Two friends were walking when they saw a sign saying, "Your country needs you!"

"Hey, David," said one to the other, "what are you waiting for? It says that they need you!"

The first word of this week's Torah reading, Re'eh ("See!"), is in the singular form, even though Moses was speaking to the entire Jewish nation.

The commentator Ibn Ezra explains that this is so that people would realize that "he's talking to me," to each and every one of us on a personal level.

There was once a rabbi who gave a brilliant, inspirational sermon. Afterwards, one of the congregants came over and said, "Rabbi, that was absolutely brilliant. If that doesn't get through to them, nothing will."

Get through to them? What about you, sir!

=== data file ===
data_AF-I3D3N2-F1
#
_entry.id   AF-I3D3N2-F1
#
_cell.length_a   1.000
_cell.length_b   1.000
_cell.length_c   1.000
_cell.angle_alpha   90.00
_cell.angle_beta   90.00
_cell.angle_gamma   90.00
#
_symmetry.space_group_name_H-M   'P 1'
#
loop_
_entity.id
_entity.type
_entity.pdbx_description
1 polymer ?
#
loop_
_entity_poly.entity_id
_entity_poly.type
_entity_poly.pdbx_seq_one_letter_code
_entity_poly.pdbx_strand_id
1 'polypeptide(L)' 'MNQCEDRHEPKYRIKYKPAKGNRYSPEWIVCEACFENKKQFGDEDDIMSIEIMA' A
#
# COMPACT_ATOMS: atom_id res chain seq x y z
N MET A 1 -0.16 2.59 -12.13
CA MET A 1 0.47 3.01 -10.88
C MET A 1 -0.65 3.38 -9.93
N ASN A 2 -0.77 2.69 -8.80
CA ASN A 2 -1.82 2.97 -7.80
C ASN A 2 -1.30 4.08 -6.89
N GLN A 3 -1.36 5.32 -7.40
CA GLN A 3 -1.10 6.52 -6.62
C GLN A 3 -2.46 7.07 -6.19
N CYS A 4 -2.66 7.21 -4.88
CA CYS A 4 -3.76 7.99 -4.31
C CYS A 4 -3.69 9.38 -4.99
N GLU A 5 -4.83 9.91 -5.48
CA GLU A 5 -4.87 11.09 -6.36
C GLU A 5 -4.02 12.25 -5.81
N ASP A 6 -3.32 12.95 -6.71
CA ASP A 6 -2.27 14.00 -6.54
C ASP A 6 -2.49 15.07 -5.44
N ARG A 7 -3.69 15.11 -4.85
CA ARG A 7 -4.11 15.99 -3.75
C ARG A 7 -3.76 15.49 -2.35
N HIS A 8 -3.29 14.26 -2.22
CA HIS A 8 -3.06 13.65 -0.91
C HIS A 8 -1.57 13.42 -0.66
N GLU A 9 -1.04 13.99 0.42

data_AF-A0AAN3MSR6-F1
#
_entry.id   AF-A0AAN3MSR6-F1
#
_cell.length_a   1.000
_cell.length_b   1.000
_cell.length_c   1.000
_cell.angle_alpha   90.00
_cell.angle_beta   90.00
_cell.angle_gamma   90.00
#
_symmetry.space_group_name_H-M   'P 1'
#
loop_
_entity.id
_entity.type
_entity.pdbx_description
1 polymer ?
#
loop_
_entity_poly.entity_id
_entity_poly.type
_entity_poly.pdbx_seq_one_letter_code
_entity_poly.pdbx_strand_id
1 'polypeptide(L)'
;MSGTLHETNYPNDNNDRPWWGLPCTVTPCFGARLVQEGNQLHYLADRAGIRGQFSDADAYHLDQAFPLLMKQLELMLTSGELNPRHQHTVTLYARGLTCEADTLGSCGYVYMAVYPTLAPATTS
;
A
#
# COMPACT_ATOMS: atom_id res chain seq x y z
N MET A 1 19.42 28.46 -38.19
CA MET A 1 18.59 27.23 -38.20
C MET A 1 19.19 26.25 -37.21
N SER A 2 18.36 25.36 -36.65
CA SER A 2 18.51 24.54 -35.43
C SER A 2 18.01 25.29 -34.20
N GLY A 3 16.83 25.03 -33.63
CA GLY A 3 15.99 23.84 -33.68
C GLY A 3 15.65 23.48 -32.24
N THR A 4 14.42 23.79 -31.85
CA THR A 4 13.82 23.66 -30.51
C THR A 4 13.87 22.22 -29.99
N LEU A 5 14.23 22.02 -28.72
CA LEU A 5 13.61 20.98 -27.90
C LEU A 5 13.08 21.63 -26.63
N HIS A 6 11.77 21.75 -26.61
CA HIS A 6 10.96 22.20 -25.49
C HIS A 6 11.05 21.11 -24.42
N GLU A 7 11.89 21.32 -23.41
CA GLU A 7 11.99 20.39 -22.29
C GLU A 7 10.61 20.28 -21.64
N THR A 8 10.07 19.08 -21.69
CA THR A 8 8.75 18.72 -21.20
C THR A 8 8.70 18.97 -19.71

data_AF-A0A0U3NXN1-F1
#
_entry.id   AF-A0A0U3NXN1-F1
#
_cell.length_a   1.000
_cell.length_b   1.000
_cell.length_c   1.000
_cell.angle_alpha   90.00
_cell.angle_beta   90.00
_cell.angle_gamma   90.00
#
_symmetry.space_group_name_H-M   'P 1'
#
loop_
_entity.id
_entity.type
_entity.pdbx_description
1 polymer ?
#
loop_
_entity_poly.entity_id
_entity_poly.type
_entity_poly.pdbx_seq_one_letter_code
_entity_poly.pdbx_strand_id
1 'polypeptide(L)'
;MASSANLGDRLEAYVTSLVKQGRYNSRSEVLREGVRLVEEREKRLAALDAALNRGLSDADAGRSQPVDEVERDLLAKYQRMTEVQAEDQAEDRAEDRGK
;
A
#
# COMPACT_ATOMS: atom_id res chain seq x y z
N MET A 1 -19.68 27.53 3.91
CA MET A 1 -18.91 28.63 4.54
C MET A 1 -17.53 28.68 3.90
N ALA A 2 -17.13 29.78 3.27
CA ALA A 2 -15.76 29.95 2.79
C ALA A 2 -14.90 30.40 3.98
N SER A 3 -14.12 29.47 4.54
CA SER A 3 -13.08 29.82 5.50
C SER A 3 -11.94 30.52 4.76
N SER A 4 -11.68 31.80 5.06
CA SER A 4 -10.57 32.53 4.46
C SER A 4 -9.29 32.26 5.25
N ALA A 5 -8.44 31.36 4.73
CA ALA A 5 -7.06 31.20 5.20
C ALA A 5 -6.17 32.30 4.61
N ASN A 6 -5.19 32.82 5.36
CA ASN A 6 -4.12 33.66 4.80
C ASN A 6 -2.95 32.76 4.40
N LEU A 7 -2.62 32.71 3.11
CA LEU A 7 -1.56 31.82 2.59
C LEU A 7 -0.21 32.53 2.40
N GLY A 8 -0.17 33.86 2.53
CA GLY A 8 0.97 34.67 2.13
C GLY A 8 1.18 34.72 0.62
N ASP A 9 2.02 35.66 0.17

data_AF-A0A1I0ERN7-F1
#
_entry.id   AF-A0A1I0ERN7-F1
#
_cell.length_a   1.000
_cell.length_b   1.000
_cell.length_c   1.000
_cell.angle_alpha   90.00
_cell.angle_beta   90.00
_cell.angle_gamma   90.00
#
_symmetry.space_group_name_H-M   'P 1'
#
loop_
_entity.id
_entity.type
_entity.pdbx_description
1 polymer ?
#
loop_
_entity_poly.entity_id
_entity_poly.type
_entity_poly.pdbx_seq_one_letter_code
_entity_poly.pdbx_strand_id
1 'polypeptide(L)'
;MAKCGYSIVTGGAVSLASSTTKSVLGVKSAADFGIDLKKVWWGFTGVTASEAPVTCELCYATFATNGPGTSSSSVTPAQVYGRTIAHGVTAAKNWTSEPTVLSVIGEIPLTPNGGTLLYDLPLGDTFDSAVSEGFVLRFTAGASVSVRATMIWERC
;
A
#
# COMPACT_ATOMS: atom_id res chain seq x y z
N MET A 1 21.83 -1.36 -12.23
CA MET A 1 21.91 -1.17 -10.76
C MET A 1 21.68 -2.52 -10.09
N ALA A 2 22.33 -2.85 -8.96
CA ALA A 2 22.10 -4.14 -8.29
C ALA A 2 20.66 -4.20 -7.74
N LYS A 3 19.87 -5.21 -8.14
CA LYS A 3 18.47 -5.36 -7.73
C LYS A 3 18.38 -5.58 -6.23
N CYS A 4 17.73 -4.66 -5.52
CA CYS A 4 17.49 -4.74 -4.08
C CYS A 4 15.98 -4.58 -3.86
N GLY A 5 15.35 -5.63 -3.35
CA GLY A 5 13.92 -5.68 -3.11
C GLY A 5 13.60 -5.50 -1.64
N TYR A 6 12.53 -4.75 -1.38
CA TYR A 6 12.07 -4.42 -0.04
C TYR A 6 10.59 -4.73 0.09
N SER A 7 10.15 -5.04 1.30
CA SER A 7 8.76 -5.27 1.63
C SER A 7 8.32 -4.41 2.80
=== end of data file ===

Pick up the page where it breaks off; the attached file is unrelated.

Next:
It is too easy to think that they are talking to the next person, not to me.

Throughout our lives, we are being spoken to by different people — a spouse, a family member, a friend, an employer, a clergyman, maybe even G‑d — trying to give us a message. It is so easy to fall into the trap of looking to the person next to us and thinking that they are the one being spoken to. Isn't it worth considering that maybe, just this one time, they're actually talking to me, and to take it to heart?